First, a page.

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There are a number of reasons why you might need someone to make decisions for you, or act on your behalf generally this would be because you at some point feel you may not have the mental capacity to do so for yourself, It could just be temporary for example, if you are in hospital and need help with everyday things such as making sure bills are paid, Or you may need to make more long-term plans if, for example, you’ve had an accident or you need to make plans before you have been diagnosed with dementia or Alzheimers.
Lasting Powers of Attorney are only valid in England and Wales, and replaced the
old system of Enduring Powers of Attorney in 2007.
If you don’t want to give someone access to your bank account then there are
several options open to you
“He trusts me to make the right decisions for him and having an LPA in place has
enabled us to have future peace of mind”
You can plan in advance who and how you want someone to act on your behalf and
because it is registered by the Office of Public Guardian (OPG) they can intervene
and your attorney can be held accountable.
A restriction can be put into an LPA stating that it does not come into effect until you
lose the mental capacity to make decisions yourself.
At the moment, it takes about 16 weeks for an LPA application to be processed and returned to the Donor, so many clients ask for a General Power to be drafted while the LPA is being processed. The General Power is effective as soon as it has been signed and witnessed but becomes invalid when the Donor becomes incapacitated. A Lasting Power of Attorney remains valid until the Donor dies or revokes the Power – which he cannot do if he lacks capacity.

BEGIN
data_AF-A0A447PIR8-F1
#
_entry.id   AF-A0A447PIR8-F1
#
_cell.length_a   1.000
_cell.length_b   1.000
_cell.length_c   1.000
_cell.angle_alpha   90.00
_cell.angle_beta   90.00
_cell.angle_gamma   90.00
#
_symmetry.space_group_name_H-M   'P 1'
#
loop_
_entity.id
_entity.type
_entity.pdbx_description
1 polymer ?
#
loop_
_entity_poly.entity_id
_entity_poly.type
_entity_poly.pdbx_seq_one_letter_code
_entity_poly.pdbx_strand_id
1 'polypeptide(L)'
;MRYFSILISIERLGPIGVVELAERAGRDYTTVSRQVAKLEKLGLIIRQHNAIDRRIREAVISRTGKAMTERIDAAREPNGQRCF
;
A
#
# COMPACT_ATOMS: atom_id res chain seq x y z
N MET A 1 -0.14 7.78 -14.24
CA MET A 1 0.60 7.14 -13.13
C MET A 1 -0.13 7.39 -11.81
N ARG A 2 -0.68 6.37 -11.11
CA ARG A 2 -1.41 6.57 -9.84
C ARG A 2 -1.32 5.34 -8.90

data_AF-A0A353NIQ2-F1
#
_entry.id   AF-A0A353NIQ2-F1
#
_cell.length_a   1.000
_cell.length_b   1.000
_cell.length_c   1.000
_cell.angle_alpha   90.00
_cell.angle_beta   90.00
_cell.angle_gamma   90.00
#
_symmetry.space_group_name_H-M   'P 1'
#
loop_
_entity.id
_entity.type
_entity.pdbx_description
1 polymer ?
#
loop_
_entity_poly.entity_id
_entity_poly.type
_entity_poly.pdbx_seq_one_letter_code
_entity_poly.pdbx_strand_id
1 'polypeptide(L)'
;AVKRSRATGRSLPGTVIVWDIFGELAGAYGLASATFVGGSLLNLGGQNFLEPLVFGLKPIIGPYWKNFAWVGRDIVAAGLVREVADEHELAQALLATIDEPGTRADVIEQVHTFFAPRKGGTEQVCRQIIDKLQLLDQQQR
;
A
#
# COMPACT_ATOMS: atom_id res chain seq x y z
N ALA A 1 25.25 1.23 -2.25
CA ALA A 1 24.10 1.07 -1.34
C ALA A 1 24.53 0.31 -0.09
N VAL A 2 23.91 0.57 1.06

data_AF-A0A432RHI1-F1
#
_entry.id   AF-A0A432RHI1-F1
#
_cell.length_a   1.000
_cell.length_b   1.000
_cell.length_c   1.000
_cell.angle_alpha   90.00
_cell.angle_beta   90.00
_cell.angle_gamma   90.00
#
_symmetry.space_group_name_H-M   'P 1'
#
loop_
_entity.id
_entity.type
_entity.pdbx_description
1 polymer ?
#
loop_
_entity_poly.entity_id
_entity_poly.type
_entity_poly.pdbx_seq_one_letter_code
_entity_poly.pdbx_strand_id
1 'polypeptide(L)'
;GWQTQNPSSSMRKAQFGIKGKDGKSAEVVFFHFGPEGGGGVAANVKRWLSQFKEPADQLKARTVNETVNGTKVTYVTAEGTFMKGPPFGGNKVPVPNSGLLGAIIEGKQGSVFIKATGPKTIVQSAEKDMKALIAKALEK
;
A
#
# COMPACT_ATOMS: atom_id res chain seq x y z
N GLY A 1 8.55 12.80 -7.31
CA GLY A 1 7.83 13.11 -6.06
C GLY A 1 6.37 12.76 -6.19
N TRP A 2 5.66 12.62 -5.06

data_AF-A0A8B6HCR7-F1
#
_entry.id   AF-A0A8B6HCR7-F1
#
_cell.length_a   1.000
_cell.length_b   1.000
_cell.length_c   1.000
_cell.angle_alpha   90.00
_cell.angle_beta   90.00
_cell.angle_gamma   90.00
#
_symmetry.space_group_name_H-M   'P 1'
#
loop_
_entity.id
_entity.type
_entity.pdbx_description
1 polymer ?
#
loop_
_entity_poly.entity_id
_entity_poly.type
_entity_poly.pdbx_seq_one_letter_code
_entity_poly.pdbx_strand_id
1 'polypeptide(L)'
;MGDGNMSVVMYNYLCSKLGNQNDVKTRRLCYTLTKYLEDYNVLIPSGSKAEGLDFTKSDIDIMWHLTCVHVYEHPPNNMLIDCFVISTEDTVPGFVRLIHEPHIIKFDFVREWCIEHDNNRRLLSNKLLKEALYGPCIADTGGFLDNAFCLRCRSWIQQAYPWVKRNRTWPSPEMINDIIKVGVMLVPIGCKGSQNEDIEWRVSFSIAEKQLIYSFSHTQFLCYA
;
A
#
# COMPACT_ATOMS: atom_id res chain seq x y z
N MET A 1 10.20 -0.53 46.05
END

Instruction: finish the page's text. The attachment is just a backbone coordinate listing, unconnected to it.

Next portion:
The alternative for a person who loses capacity and has no valid LPA is for his family (or in some cases the Social Services) to apply to the Court of Protection (CoP) to appoint a deputy; this is a long-winded and expensive business. The appointed Deputy – even if a member of the family – may have to provide security which can be for hundreds of thousands of pounds (though a special insurance policy can be effected to cover this).
They may have to produce accounts when the court demands them. The Deputies may also have to ask the Court’s permission to buy or sell the home where for example, it is no longer lived in by the Donor. It is definitely NOT the way to go. For a good illustration of how the Court of Protection can mess up a life, find the HEATHER BATEMAN story on the internet. You will then see the value in arranging a Power of Attorney.
The Donor – the person who wants to appoint attorneys – cannot apply for an LPA if he lacks capacity; a Donor must read all the information he receives from the Office of the Public Guardian – about 56 pages – which the prospective Attorneys should also read. Then he will need:
• Names, addresses, dates of birth, occupations and relationship to his
• Attorneys; ditto any replacement Attorneys
• One Certificate Provider plus one Person to Notify OR two Certificate Providers
• Any guidance or restrictions he wants to apply
• To note if he wants his spouse to remain an Attorney after a divorce or Separation
• Witnesses for all signatures
• Details of any Trust Corporation he might want to act as an Attorney
If a Donor – or other person who needs to have his affairs managed because he lacks capacity – has not got an LPA then the property is managed by the Court of Protection, which will result in delay, expense and imposition of restrictions. On the whole, it is better to let a professional deal with your application.
”Our Consultants deal with hundreds of LPAs every year”
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